Property, fundamentals, and affordability (part 2)

Robert Sweeney15/12/2017

Part 1 of this blog examined whether and to what extent the trajectory of Irish property prices was driven by changes in underlying fundamentals. We found that not only have property prices exploded globally since the 1990s, but that this was the result of a macroprudential/regulatory-induced surge in credit. Given that, and the increasingly dysfunctional character of Irish and global property markets since then, we found little reason to suppose that recent developments reflected fundamentals.

Here we elaborate on the point and examine the issue of affordability, particularly in relation to other advanced and European countries.  Again we refer to a recent ESRI paper which argues that Irish property prices are ‘quite affordable’ by international standards. To this end the paper utilises an international database on house prices from which a standard measure of affordability may be calculated, the ratio of house prices to disposable income. Figure 1 below reproduces the graph as it appears in the paper. 


HP affordability

Figure 1: Affordability based on ESRI/FED database

Source: Taken from McQuinn (2017)


As can be seen, it appears Irish housing is not particularly expensive. Importantly, it includes the disclaimer ‘It is worth noting that the index is based on the movement from a common base of 100 in 2005’. That is to say, it does not show that Ireland’s affordability is high by international standards in an absolute sense but rather that Irish affordability since 2005 has grown less than the comparator countries. This is crucial.

But how sensible is it to use 2005 as the base, as both the FED database and the ESRI paper on which it is based do? Not very in my opinion. As we saw last time, property prices exploded in the early 1990s and this explosion was historically unprecedented. Moreover, the main reason for the relative lack of growth in unaffordability overall since 2005 is the post-crisis collapse in prices. Irish, Spanish, and other bubbles were in full swing in 2005 such that for a certain subgroup of countries a collapse was inevitable. 2005 provides an unrealistic base upon which to measure prices. If 2013 were used as a base, for instance, a different picture would emerge.

Below we repeat the FED/ESRI exercise but use 1990, the period before the explosion in prices, as the base year. As can be seen, a very different picture emerges. Of the countries displayed, Ireland now becomes the most unaffordable. By this measure and at current levels of disposable income, Irish prices are overvalued by about 30%.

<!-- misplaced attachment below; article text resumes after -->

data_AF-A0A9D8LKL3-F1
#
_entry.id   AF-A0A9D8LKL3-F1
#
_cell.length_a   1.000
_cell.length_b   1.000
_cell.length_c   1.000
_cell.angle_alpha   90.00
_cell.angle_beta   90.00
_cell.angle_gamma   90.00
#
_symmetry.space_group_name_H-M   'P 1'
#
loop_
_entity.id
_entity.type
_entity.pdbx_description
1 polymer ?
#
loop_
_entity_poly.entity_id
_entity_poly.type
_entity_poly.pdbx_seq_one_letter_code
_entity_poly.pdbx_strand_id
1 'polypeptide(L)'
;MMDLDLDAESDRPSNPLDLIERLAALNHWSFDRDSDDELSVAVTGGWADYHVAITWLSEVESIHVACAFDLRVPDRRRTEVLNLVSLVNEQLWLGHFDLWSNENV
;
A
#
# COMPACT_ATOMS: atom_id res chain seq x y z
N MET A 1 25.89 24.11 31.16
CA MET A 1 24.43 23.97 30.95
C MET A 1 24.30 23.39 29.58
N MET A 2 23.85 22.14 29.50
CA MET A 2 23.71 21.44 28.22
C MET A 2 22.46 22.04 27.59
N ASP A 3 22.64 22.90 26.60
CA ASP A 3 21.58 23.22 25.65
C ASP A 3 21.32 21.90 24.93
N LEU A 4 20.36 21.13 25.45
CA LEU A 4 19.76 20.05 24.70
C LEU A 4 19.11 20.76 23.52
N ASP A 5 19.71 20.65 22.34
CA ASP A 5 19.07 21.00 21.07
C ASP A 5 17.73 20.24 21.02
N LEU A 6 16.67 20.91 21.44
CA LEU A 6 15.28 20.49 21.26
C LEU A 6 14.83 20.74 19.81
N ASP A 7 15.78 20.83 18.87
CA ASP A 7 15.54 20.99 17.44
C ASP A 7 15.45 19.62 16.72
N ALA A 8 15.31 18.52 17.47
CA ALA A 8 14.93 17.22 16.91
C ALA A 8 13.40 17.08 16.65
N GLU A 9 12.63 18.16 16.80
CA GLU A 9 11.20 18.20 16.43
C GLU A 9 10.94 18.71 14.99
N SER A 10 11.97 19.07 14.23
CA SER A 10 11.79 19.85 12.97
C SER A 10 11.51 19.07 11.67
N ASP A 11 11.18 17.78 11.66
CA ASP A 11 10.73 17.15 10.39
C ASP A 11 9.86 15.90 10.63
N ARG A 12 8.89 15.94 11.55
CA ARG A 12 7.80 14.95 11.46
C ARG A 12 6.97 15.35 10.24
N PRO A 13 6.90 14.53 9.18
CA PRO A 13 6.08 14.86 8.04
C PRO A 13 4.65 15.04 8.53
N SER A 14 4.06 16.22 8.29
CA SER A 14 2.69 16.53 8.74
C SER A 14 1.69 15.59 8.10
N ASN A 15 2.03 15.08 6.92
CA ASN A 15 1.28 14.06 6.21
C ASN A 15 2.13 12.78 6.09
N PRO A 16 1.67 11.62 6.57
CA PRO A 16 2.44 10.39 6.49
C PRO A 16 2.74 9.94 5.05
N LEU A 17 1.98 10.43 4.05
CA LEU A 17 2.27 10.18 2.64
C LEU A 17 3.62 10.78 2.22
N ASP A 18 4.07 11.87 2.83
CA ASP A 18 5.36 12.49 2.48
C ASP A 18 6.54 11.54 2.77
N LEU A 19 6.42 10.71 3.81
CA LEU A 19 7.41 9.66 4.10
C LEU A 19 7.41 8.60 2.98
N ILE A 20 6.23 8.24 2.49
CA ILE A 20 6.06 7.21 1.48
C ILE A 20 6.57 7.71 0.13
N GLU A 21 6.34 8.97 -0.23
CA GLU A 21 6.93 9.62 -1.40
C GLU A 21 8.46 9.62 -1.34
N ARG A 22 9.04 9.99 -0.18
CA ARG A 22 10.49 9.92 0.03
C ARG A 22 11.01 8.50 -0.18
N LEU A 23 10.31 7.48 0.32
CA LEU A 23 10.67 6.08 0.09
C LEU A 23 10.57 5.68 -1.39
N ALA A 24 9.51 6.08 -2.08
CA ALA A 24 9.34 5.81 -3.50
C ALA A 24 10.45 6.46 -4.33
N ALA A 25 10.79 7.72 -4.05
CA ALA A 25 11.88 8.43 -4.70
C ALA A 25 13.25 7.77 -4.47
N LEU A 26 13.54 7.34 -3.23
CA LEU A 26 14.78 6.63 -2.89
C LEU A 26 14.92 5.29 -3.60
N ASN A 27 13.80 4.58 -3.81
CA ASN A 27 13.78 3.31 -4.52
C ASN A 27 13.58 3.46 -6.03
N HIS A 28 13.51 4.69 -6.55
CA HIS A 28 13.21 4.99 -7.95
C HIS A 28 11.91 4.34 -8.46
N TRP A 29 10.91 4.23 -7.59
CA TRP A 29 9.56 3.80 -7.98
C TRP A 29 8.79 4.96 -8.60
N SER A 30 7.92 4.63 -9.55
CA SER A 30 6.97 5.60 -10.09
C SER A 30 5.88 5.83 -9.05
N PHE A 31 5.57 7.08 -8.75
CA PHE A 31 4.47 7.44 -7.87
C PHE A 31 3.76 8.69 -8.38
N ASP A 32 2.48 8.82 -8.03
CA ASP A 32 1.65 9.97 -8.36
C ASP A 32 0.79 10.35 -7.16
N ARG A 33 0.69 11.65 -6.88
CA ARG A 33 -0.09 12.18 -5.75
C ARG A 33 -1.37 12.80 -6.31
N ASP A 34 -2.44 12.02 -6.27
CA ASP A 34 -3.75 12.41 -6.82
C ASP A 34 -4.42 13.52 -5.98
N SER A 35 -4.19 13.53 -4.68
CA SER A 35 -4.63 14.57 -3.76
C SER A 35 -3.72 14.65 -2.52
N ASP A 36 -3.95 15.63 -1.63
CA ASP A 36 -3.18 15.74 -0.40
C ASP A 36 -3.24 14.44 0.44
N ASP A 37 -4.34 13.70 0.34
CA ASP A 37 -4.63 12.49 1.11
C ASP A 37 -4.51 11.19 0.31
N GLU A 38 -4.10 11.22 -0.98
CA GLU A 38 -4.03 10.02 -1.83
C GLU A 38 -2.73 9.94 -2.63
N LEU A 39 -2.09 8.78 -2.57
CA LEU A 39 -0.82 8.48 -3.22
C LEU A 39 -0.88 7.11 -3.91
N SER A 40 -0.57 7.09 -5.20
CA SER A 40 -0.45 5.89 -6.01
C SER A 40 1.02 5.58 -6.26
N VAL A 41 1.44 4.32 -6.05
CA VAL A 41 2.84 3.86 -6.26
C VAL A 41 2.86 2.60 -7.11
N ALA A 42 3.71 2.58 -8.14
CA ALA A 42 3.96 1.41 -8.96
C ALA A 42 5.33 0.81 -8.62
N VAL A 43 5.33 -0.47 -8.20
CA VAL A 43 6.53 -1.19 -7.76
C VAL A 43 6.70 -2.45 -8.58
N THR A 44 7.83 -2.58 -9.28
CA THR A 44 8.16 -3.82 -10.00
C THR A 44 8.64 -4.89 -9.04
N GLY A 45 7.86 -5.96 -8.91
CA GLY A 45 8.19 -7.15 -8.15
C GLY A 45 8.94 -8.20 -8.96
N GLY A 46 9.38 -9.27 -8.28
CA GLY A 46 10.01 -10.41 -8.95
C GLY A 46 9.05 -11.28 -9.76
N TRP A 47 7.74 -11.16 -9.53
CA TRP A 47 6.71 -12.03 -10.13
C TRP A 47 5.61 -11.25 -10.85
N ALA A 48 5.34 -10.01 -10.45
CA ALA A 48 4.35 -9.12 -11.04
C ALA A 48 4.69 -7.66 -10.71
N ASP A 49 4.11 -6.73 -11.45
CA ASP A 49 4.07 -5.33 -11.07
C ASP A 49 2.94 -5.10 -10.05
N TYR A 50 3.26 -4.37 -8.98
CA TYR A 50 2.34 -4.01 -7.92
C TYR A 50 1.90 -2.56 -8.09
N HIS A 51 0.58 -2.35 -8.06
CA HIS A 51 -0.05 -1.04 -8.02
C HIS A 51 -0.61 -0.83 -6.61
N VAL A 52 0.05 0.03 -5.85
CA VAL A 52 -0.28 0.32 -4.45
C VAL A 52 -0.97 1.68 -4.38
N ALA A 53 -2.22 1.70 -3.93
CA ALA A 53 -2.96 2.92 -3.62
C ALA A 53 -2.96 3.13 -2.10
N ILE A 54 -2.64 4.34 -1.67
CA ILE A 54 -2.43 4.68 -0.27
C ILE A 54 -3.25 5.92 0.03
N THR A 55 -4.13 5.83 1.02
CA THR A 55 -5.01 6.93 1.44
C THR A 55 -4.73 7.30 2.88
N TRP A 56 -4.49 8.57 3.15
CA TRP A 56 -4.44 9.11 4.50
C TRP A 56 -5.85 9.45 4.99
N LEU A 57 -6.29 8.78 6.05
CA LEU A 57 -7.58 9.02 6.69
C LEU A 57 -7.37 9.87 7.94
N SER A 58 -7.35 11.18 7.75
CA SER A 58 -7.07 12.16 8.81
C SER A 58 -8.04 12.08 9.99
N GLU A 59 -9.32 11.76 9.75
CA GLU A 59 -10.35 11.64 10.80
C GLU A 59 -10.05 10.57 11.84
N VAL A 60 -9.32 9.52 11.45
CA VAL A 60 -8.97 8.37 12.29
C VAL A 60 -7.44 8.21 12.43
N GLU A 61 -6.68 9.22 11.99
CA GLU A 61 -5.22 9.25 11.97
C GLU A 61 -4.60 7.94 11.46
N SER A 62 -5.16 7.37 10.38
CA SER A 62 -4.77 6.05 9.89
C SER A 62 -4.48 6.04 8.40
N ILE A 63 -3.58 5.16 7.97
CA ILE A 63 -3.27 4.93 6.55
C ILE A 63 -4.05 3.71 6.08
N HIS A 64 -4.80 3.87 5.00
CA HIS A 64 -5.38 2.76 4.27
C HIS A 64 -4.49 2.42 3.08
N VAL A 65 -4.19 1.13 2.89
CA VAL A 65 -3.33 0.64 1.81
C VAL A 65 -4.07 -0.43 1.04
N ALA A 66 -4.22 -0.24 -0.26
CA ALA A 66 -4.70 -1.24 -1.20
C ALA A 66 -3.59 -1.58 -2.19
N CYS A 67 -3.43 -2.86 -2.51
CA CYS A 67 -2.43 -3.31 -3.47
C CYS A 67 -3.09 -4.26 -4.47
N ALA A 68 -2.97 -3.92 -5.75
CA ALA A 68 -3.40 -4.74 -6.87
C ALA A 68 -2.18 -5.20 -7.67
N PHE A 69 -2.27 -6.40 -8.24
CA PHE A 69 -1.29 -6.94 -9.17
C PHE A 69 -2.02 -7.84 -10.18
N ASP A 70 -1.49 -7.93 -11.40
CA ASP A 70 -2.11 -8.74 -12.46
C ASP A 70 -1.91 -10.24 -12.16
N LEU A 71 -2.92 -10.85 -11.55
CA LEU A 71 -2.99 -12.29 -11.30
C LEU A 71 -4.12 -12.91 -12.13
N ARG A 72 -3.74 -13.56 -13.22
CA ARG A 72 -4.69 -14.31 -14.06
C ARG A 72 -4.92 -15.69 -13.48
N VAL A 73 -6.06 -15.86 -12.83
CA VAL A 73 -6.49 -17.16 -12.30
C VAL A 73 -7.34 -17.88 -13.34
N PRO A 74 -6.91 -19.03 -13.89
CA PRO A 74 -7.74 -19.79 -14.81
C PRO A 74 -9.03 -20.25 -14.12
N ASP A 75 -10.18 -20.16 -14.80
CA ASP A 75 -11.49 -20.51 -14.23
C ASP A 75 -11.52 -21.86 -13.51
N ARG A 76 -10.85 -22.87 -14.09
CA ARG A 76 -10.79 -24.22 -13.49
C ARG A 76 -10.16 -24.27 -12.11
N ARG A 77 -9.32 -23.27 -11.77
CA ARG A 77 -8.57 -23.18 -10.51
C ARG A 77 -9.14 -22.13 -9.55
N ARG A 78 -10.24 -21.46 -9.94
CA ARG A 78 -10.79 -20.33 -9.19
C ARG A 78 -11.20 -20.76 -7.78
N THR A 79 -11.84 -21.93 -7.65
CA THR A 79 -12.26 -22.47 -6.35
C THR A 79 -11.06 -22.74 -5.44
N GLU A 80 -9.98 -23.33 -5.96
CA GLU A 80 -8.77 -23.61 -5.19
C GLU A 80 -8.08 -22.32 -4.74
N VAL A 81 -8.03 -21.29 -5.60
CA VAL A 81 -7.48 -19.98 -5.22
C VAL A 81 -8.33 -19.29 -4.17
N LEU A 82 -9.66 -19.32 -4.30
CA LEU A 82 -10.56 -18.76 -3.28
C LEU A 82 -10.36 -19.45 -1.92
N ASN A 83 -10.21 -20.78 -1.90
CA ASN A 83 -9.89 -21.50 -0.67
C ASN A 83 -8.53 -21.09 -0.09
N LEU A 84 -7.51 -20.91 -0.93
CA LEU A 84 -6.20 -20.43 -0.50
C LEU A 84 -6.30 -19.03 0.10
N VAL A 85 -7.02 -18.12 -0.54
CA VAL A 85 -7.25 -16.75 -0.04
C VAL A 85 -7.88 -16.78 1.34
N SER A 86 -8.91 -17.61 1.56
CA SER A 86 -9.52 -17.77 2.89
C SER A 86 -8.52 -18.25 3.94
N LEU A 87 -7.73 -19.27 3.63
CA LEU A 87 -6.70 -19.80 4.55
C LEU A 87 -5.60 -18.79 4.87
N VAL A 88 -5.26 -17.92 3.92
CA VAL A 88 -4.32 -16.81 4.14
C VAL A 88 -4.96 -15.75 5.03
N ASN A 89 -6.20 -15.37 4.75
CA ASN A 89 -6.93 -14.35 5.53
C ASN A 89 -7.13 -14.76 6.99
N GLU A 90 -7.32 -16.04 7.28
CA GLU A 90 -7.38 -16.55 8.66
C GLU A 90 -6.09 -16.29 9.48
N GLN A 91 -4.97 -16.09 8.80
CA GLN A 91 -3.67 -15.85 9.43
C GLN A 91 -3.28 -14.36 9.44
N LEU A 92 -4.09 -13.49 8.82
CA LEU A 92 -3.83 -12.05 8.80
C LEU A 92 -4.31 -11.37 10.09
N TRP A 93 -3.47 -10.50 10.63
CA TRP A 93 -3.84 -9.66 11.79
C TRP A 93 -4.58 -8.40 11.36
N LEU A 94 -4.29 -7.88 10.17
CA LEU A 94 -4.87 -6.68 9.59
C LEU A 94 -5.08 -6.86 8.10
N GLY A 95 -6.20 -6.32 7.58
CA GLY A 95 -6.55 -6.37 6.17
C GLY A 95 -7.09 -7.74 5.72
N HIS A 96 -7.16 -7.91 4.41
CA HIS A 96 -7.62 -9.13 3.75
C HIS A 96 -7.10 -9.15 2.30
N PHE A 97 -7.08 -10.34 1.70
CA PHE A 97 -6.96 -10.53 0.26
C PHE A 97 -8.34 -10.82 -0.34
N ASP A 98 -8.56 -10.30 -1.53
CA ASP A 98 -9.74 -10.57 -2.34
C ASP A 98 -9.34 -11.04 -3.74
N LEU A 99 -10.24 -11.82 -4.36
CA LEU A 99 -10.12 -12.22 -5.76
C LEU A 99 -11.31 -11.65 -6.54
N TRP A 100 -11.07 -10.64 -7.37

HP affordability (base=1990)

Source: Dallas Federal Reserve


Of course, we can cut through the subjectivities of what year to use as base by looking at Eurostat household consumption figures. While a recent Irish Times article showed that housing costs were below EU averages, housing costs, as the article recognises, includes things such as expenditure on food and clothing. Looking at just accommodation (actual + imputed rent) in Table 1 below, it is apparent that Irish household expenditure is well above EU norms. Only four EU countries have higher accommodation costs, and if 2017 trends are allowed for, that very possibly falls to two (Denmark and Sweden spend 20.4 and 19.8 respectively). As is well-known, household averages obscure the fact that younger people and people living alone are likely to spend a considerably higher proportion of their income on housing.     


     Area      Rent (%HH consumption)
     EU-28      18.0
     EU-15      18.6
     EU-12      17.3
     Ireland      19.6

Table 1: Cost of accommodation
Source: Eurostat


To sum, housing in Ireland is clearly not affordable by European standards – we have some of the most unaffordable housing in Europe. There is a significant degree of arbitrariness in adjudicating what constitutes a fundamental factor and whether or not a country’s housing system is responding to said fundamentals. There is a strong case to be made that housing dynamics in Ireland (as elsewhere) are divorced from where they ought to, or might be. None of these trends, however, are inevitable. 

Posted in: HousingInequality

Tagged with: housinghousingcrisisRent

Robert Sweeney     @sweeneyr82

Sweeney, Robert

Robert Sweeney is a policy analyst at TASC and focuses on issues surrounding Irish political economy and distribution. He has a PhD in economics from University of Leeds, which concentrated on financial markets and investors, banking, international macroeconomics, and housing. He is also interested in debates on alternative schools and methodology in economics, and ownership.



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